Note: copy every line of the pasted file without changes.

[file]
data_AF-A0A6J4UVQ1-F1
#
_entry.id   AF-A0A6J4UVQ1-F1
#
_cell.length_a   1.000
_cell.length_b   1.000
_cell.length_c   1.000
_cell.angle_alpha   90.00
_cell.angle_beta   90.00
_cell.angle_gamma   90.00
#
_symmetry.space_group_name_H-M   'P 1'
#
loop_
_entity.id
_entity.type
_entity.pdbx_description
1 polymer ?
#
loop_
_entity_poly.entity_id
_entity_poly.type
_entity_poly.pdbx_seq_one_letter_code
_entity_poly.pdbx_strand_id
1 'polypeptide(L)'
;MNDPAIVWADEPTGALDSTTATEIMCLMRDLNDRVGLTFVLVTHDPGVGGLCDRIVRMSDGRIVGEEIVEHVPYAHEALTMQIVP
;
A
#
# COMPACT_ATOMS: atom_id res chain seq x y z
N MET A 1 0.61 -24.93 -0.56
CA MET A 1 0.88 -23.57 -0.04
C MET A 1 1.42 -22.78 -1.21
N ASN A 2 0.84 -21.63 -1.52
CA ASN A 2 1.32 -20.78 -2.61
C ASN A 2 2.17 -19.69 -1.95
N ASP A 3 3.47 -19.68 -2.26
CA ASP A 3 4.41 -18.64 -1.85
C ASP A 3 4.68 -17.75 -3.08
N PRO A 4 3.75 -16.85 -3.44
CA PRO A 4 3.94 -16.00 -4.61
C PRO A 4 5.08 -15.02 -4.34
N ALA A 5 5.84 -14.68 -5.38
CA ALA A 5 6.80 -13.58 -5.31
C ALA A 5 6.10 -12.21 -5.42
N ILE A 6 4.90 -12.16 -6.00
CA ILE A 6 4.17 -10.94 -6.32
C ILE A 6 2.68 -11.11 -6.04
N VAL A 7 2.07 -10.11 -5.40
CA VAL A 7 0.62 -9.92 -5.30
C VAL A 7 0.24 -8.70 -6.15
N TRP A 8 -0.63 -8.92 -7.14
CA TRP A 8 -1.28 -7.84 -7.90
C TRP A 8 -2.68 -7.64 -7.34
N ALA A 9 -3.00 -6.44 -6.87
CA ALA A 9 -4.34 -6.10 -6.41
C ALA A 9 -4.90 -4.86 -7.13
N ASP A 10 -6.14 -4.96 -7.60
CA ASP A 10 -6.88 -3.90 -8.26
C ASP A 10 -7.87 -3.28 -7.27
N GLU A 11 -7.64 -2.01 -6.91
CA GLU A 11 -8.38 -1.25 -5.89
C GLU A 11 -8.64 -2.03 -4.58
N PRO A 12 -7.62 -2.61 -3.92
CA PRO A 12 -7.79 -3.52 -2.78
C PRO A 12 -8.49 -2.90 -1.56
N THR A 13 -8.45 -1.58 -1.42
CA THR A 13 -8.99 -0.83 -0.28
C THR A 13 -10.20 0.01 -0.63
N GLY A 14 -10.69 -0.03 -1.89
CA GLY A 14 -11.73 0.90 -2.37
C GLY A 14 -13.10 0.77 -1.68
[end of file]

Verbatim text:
data_AF-A0A6J4UVQ1-F1
#
_entry.id   AF-A0A6J4UVQ1-F1
#
_cell.length_a   1.000
_cell.length_b   1.000
_cell.length_c   1.000
_cell.angle_alpha   90.00
_cell.angle_beta   90.00
_cell.angle_gamma   90.00
#
_symmetry.space_group_name_H-M   'P 1'
#
loop_
_entity.id
_entity.type
_entity.pdbx_description
1 polymer ?
#
loop_
_entity_poly.entity_id
_entity_poly.type
_entity_poly.pdbx_seq_one_letter_code
_entity_poly.pdbx_strand_id
1 'polypeptide(L)'
;MNDPAIVWADEPTGALDSTTATEIMCLMRDLNDRVGLTFVLVTHDPGVGGLCDRIVRMSDGRIVGEEIVEHVPYAHEALTMQIVP
;
A
#
# COMPACT_ATOMS: atom_id res chain seq x y z
N MET A 1 0.61 -24.93 -0.56
CA MET A 1 0.88 -23.57 -0.04
C MET A 1 1.42 -22.78 -1.21
N ASN A 2 0.84 -21.63 -1.52
CA ASN A 2 1.32 -20.78 -2.61
C ASN A 2 2.17 -19.69 -1.95
N ASP A 3 3.47 -19.68 -2.26
CA ASP A 3 4.41 -18.64 -1.85
C ASP A 3 4.68 -17.75 -3.08
N PRO A 4 3.75 -16.85 -3.44
CA PRO A 4 3.94 -16.00 -4.61
C PRO A 4 5.08 -15.02 -4.34
N ALA A 5 5.84 -14.68 -5.38
CA ALA A 5 6.80 -13.58 -5.31
C ALA A 5 6.10 -12.21 -5.42
N ILE A 6 4.90 -12.16 -6.00
CA ILE A 6 4.17 -10.94 -6.32
C ILE A 6 2.68 -11.11 -6.04
N VAL A 7 2.07 -10.11 -5.40
CA VAL A 7 0.62 -9.92 -5.30
C VAL A 7 0.24 -8.70 -6.15
N TRP A 8 -0.63 -8.92 -7.14
CA TRP A 8 -1.28 -7.84 -7.90
C TRP A 8 -2.68 -7.64 -7.34
N ALA A 9 -3.00 -6.44 -6.87
CA ALA A 9 -4.34 -6.10 -6.41
C ALA A 9 -4.90 -4.86 -7.13
N ASP A 10 -6.14 -4.96 -7.60
CA ASP A 10 -6.88 -3.90 -8.26
C ASP A 10 -7.87 -3.28 -7.27
N GLU A 11 -7.64 -2.01 -6.91
CA GLU A 11 -8.38 -1.25 -5.89
C GLU A 11 -8.64 -2.03 -4.58
N PRO A 12 -7.62 -2.61 -3.92
CA PRO A 12 -7.79 -3.52 -2.78
C PRO A 12 -8.49 -2.90 -1.56
N THR A 13 -8.45 -1.58 -1.42
CA THR A 13 -8.99 -0.83 -0.28
C THR A 13 -10.20 0.01 -0.63
N GLY A 14 -10.69 -0.03 -1.89
CA GLY A 14 -11.73 0.90 -2.37
C GLY A 14 -13.10 0.77 -1.68